From Publishers Weekly
Dent, former strategic consultant at Bain & Company, outlines the features of what he predicts will be the next Great Depression. The author argues that demographic trends were the greatest drivers of our economy, along with radical new technologies, working together to follow a four-stage life cycle of innovation, growth, shakeout, and maturity. While Dent's doomsday predictions are depressing, his theories are persuasive and elaborated in meticulous descriptions of historic economic trends and cycles. The author's candor is refreshing, especially when he discusses how equity investments experience a wide variety of returns, including substantial losses or extraordinary gains—and that the financial press has failed to remind the public of this fact. The book offers welcome portfolio allocation strategies during an economic crisis, as well as the bad news that the worst of the housing downturn will occur between 2010 and 2013. Along with domestic forecasts, Dent addresses terrorism's economic roots and the growth of megacities in South and East Asia with characteristic thoroughness. (Jan.)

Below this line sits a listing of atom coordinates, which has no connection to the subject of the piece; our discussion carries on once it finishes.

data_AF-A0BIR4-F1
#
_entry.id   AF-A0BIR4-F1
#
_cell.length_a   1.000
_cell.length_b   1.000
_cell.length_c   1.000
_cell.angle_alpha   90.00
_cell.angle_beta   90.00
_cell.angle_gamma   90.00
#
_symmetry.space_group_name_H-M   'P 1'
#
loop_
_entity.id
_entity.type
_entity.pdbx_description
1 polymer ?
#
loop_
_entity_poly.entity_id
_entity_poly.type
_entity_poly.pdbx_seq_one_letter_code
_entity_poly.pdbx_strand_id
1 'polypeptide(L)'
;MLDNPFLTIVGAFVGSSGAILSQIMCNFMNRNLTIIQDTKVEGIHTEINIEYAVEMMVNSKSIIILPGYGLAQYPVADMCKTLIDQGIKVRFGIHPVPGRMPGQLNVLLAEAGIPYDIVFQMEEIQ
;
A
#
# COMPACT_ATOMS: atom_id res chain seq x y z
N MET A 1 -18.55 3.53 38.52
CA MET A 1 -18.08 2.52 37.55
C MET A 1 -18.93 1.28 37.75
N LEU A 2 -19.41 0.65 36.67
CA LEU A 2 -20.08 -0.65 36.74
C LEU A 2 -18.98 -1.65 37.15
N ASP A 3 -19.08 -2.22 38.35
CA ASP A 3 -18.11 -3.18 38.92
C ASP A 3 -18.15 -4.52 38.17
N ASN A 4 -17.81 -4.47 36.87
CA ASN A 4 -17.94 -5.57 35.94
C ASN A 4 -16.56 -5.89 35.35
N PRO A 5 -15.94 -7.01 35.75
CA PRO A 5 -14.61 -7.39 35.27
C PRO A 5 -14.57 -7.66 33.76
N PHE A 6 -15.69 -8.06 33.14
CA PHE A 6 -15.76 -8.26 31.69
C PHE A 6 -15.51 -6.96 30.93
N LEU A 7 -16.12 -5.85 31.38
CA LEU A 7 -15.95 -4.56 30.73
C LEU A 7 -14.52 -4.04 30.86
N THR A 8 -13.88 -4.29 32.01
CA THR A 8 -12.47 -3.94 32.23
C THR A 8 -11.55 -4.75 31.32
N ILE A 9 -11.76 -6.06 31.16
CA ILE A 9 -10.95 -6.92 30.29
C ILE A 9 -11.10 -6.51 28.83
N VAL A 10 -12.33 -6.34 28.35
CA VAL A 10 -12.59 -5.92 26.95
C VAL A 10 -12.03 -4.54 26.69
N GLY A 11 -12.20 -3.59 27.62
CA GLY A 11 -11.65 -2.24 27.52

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Dent, author and consultant, predicts the economy is moving toward a major depression, with the deflation of bubbles in stocks, real estate, and commodities between mid- to late 2009 and mid- to late 2012, and it could last for a decade or more. Rather than offering only a gloomy outlook, Dent presents a road map for the difficult times ahead, suggesting cash and money-market investments initially and then highest quality U.S. Treasury, municipal, and corporate bonds and that same quality of bonds in stable Asian and European economies. When assets eventually fall in value, there will be unprecedented buying opportunities for those who are “lean and mean.” Theories and forecasts abound in the financial turmoil facing the U.S. and global markets in late 2008, and everyone may not agree with Dent. However, he makes a compelling case for his predictions and this is an excellent book to challenge a broad range of library patrons. --Mary Whaley